financial services

Study: Banks Cut Direct Mail By 25% In 2008

  • by January 22, 2009
mailbox Direct mail offers from financial services companies in pursuit of new customers fell by at least 25% in 2008, according to estimates from Mintel Comperemedia.

"Faced by the unprecedented challenges of a weak housing market, the credit crunch, a global recession and declining consumer confidence, financial institutions cut back on direct marketing," declares Stephen Clifford, Mintel Comperemedia's vice president of financial services.

Through November, the research firm estimated that financial services companies sent out 10.3 billion mailings seeking new customers--down 26% compared with 13.9 billion mailings during the same 11 months in 2007.

Clifford told Marketing Daily that Chase was the category's top mailer during the period, but the number of its mailings dropped 23%. Other financial services companies in the top five were Bank of America, down 12%, Capital One (off 13%), American Express (-3%) and Citibank, whose mailings dipped a huge 39%.



Focusing in on September, October and November, when the country's financial crisis intensified, Clifford reported a "sharper decline overall." During those months, the decrease in new customer mailings compared with 2007 soared to 37%. Citibank dropped 61%, Chase 55%, Bank of America 49%, American Express 21% and Capital One 18%.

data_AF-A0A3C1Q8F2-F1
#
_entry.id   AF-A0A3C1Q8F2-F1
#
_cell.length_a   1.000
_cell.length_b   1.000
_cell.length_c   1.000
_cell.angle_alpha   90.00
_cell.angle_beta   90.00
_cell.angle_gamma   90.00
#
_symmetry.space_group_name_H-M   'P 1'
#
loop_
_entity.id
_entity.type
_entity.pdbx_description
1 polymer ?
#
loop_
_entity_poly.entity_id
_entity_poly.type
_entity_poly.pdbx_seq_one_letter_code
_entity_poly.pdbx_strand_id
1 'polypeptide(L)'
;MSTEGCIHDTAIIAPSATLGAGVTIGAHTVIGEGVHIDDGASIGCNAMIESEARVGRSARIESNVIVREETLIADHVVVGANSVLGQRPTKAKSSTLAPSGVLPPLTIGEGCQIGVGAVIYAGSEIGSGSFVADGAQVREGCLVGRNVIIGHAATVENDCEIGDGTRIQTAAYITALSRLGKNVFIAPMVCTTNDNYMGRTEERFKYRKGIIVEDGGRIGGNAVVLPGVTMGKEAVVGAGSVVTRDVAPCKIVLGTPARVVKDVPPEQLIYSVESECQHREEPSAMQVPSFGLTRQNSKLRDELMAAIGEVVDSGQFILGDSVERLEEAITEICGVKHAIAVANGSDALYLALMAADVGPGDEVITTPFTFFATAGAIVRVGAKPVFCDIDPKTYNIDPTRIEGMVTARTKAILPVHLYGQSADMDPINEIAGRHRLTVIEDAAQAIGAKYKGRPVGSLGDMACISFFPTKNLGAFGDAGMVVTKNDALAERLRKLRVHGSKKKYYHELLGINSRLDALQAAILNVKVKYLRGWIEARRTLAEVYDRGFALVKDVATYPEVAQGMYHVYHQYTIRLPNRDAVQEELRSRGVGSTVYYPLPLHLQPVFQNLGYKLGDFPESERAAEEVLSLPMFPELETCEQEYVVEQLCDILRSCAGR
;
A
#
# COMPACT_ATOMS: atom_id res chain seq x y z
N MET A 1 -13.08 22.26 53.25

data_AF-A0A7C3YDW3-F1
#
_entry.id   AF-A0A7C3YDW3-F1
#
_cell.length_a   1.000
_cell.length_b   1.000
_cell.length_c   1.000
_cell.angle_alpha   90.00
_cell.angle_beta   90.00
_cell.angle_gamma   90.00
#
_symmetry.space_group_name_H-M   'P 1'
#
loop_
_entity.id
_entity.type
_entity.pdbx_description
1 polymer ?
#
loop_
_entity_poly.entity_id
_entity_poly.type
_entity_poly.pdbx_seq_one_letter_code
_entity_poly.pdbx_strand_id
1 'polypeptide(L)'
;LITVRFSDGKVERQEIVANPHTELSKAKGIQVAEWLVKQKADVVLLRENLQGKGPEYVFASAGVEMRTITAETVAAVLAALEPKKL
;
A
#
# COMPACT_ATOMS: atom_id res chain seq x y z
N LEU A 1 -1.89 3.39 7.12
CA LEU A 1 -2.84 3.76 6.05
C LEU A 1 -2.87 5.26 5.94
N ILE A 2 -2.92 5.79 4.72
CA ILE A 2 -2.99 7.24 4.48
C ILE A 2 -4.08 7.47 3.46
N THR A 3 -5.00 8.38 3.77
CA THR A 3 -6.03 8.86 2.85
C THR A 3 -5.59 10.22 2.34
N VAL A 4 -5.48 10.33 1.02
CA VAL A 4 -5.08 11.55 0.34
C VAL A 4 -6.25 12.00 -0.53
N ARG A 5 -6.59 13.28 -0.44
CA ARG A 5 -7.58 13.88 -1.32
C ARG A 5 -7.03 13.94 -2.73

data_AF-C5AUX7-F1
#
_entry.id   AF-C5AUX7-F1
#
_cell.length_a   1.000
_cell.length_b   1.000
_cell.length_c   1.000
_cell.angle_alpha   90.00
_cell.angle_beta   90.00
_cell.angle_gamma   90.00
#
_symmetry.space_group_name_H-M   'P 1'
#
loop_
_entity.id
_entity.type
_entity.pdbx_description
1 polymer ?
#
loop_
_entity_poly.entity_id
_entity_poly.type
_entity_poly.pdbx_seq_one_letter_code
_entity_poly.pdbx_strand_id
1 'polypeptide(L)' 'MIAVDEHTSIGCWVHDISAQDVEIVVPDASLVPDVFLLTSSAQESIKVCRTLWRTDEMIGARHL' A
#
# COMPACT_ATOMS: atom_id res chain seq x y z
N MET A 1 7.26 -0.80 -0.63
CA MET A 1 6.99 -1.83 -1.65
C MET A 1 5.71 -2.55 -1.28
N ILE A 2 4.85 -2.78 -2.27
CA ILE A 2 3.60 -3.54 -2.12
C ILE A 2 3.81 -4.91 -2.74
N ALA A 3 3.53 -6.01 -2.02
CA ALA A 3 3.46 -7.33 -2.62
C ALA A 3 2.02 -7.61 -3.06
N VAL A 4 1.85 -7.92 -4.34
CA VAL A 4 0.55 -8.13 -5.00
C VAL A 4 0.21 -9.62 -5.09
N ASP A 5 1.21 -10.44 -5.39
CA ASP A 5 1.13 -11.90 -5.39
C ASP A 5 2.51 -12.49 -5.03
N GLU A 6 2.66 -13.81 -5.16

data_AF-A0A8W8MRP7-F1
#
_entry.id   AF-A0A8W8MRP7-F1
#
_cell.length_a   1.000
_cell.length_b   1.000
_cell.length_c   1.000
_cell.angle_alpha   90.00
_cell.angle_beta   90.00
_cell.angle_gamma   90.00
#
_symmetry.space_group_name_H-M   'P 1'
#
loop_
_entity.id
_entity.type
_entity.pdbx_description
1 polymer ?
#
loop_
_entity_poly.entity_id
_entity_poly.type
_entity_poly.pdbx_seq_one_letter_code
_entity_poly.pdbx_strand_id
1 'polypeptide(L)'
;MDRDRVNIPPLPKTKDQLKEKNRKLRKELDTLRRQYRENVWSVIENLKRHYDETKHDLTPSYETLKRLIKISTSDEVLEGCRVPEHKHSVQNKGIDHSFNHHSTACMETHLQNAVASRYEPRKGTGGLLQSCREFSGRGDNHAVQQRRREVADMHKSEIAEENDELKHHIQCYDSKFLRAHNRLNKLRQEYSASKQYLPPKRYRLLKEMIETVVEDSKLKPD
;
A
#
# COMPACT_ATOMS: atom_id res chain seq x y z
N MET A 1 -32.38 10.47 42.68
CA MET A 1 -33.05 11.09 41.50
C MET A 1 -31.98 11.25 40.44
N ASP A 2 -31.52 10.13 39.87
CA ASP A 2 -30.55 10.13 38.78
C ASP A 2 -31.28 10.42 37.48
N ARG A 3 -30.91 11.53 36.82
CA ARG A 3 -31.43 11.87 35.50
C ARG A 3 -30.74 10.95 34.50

For the year, credit card and mortgage and loan offers accounted for 86% of all direct mail offers tracked by Mintel. And while the entire financial services industry fell 26% from January to November, mortgage and loan mailings alone dropped 37%, and credit card offers 24%. "In the face of increasing losses," said Clifford, they recognized the need to tailor their target audience better."

The remaining 14% of industry mailings came from investment firms, down 5%, and banks--whose pursuit of new deposits in the form of checking, savings, CD and money market accounts actually resulted in a 5% increase. Even during the final three months tracked, the increase from 2007 held up, at 2%.

During this period, moreover, Clifford revealed, a "significant increase" by banks in an area not covered by this particular study, but of particular interest in a time of consumer anxiety--banks, he said, increased the number of mailings in support of customer loyalty and retention by a whopping 85%.

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